Through last year, Gardner pulled 24% of his balls hit in the air. This year he’s up ten percentage points, a sure sign of an altered approach. So where last year, Gardner hit for a little more power, now he’s hitting for more power still, and it hasn’t cost him elsewhere on the stat page. He’s still drawing plenty of walks, because he isn’t prone to chasing. He’s still running a high BABIP, because he can run and because he can hit the ball on a line. Gardner’s offense to the pull side is reaching new heights, but he’s still finding success up the middle and the other way. I’m not sure how much further Gardner can go in this direction, but it’s hard to ignore when a one-time slap hitter is slugging closer to .500 than .400.
For Gardner, this is a good development — not just because power is good, but also because Gardner’s greatest skill has been his athleticism, and that’s not going to improve in his 30s. As he loses some speed and range, more power can help to offset that and then some, so maybe Gardner won’t just burn out before his contract is up. He’s running a WAR of three and a half.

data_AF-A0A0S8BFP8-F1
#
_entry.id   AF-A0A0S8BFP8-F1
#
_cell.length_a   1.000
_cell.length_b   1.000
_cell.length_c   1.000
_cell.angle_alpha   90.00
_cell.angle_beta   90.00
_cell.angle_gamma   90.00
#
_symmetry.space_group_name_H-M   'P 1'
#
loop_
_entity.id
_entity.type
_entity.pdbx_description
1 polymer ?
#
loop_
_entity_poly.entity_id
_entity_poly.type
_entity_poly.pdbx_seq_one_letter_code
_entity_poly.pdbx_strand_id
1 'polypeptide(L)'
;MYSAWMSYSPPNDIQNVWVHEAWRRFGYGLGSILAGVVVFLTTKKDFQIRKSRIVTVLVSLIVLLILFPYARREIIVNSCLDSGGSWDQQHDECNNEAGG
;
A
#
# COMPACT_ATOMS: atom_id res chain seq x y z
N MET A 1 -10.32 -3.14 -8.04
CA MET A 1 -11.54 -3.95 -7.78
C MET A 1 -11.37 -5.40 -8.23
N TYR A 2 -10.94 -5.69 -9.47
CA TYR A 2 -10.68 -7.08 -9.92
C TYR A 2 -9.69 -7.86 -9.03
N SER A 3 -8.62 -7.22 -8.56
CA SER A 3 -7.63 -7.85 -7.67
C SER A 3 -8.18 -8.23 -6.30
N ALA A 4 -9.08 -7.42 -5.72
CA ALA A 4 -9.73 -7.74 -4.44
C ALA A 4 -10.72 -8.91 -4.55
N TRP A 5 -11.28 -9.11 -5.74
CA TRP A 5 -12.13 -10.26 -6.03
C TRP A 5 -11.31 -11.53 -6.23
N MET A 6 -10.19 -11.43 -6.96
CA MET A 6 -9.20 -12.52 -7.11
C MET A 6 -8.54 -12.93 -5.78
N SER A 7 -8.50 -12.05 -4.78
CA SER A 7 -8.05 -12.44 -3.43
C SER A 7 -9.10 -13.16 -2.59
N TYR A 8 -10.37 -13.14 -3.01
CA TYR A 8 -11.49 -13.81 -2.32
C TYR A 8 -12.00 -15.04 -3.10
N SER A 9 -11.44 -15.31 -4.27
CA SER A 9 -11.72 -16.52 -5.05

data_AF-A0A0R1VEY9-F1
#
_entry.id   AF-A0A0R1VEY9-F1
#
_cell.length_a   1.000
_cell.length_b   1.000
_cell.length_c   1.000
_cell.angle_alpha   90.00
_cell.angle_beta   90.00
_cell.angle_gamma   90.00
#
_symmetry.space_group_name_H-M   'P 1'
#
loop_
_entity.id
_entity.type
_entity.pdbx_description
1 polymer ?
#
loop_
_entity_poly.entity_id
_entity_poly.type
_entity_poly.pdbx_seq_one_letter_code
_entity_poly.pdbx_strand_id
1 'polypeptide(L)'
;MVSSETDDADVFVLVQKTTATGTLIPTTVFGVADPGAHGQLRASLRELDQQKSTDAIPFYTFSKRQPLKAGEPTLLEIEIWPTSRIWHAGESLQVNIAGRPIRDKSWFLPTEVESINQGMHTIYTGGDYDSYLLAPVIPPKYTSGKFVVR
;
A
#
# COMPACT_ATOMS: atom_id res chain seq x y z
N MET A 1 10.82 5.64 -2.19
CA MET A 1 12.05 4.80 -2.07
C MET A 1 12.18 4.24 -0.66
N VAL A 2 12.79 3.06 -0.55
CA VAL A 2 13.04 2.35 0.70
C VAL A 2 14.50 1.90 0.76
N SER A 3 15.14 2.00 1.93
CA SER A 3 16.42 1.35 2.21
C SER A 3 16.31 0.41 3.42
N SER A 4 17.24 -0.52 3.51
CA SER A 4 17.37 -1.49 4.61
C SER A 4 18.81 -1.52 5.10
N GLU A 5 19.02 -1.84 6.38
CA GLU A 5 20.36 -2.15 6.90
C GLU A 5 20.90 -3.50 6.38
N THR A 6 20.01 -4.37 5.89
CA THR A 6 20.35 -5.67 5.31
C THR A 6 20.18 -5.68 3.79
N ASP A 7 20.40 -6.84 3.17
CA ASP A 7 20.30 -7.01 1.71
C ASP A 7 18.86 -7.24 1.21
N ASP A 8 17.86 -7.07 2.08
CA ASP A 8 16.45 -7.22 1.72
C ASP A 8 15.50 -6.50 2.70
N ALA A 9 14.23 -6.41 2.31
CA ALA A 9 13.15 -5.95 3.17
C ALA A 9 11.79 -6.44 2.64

But the thing we do still have to see is what Gardner hits like in the event that pitchers ever change the way they pitch to him. The current approach is outdated, because now Gardner can hurt you, and now Gardner is worth being a little nitpicky. At this point he should be seeing so many fastballs and so many pitches in the zone, because he’s not a hitter of the Denard Span variety. Sometimes I wonder, what would happen if Elvis Andrus were pitched like Josh Hamilton? What if Josh Hamilton were pitched like Elvis Andrus? Gardner should see a different pitch mix, and if that ever happens — if pitchers don’t remain too stubborn — then we’ll see how much of the power sticks around. Adjustments. Baseball’s a never-ending sequence of adjustments in button-up pajamas.
But Gardner, finally, is taking advantage of the opportunities that pitchers have made no secret of providing to him. Pitchers have challenged Brett Gardner because they haven’t been worried about the pain. In 2014, now more than ever, Brett Gardner is bringing the pain. There’s no question of what’s going on. It’s now a question of what the opponents might do about it. So far the answer’s been pretty much nothing.